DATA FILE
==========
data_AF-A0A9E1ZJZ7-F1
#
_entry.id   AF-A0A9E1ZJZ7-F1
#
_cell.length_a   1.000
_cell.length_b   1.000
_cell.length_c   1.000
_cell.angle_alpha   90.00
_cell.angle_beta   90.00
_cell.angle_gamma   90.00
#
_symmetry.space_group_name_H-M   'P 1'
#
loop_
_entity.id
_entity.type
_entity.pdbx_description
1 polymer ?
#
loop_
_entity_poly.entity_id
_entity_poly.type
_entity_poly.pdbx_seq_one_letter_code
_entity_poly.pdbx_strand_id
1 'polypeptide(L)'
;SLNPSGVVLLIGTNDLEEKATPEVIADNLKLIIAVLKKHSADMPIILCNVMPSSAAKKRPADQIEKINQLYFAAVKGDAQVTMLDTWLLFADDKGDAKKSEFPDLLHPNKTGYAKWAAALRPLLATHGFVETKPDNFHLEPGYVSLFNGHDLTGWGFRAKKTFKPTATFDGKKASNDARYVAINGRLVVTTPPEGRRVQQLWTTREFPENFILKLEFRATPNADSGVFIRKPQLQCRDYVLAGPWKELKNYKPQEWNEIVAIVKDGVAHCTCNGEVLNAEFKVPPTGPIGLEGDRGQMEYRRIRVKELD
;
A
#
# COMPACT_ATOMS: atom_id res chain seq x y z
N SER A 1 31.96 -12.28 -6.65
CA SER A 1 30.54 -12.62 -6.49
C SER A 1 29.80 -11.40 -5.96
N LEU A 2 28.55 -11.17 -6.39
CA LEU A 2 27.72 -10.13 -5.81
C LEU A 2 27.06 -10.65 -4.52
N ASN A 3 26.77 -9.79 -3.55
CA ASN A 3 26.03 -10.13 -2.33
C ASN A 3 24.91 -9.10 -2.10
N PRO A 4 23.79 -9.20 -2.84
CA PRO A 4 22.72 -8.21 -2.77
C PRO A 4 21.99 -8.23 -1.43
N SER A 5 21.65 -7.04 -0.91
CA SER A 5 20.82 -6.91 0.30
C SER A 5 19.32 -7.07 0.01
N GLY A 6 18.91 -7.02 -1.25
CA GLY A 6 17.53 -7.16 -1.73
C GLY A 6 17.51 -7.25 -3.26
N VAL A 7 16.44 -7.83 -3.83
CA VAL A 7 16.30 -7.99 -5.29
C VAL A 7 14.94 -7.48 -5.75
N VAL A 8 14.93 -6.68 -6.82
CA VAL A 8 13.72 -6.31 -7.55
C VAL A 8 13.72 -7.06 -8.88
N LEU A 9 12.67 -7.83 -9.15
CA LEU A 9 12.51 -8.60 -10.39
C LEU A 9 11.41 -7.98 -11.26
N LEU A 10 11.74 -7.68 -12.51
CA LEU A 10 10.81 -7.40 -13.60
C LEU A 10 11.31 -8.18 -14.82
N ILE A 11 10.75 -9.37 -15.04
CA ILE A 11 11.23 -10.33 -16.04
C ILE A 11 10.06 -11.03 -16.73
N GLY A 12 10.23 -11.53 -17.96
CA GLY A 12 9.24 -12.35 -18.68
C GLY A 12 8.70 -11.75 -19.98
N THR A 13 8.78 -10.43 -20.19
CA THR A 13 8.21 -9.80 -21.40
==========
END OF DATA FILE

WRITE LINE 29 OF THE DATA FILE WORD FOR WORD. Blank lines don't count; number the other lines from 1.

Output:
#